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  • Susan Brown

Even to the End of the World…..

Guest Post by Paul Brown

“Is this the end of the world?” I thought as we again drove to the remote mountain village of Canaan last week. Now I know we were only close. This week I think we reached the very end.

And what a warm and joyous welcome we received in this village of Hoe Dua. We have been seeking to get here for over six months, but the road (if you call it that) has been impassable because of the rain. It is a..l..m..o..s..t impassable for a vehicle anytime.

And here we found Christians. An elderly man told us that a missionary had come in 1978 and preached the Gospel, but did not stay long. Several said that they were converted then, and there is good evidence of that.

As I spoke for  nearly two hours, going over the Gospel, there was not only riveted attention to the words as Lek interpreted, but joy reflected in their countenances.

After I finished, the elderly man said with beaming face, “That’s the Gospel! Thank you for making it so clear! That is what we believe!” (Again, thank the Lord for a faithful interpreter that loves the Lord and loves his own tribal peoples). In the discussion time that followed the elderly man went on to tell us that they have not had a pastor among them for many, many years. Maybe over five years ago one had come from time to time, and he was not very educated in the Scriptures. Then several years ago A’sa, who labors with me, went to preach to them, but has only been able to get there three or four times.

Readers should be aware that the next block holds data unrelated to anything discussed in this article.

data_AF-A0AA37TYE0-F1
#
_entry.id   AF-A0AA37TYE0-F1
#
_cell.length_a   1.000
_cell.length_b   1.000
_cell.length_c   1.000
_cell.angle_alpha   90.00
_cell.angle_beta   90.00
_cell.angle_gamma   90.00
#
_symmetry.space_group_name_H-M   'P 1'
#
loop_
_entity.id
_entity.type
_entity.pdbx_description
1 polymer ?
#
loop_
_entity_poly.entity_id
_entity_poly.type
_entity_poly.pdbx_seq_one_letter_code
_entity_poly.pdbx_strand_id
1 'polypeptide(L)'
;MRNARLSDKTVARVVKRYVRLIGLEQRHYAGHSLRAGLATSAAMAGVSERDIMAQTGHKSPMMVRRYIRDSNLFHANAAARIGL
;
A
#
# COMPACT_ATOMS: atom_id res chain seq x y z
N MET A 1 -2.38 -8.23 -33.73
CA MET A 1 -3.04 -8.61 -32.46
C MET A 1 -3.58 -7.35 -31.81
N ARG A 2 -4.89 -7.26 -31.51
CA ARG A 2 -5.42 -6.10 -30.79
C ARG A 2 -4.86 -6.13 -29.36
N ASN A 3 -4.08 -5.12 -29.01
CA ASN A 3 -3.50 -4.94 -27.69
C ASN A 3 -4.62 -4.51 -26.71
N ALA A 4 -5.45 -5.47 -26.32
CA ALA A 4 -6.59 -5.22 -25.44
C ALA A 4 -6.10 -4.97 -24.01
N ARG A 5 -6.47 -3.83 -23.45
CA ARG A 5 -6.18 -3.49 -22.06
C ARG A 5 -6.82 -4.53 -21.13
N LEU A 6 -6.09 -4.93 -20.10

When I first came into the village the children ran from me. One particular little boy looked at me and burst into tears, and ran away. But it wasn’t long before they were almost smothering me. (This would be a good way to die.) They were such warm and teachable precious little ones. They were soon picking up a few English words. I wish I could pick up LaHu as quickly as these little minds were getting English.

They manage with solar panels and do have satellite dishes.

They manage with solar panels and do have satellite dishes.

They do have solar panels for electricity, but their water is very poor and the cause of a lot of sickness. We brought portable water filters with us in case we  were stranded. We gave five of our six to them, but these aren’t sufficient for a village of 13 families. They said that these would help a little, particularly while in their fields and while hunting in the jungle. They asked if we might be able to help with a larger filter that will work for the whole village in the future. We are praying and will be looking into that.


Though food and water are essential, they said they had a greater need: “We need a pastor! Will you pray for God to give us a pastor? We need a pastor who can lead us and teach us the Word of God.”

I told them that this was my great burden, to train pastors and missionaries to reach and care for the Lord’s sheep. I then said, “Maybe the Lord will raise up one from among you to come and join us in January for the preachers’ training, or maybe the Lord will call one from among those men to come here.”

Brethren, pray for this need as well as the others.

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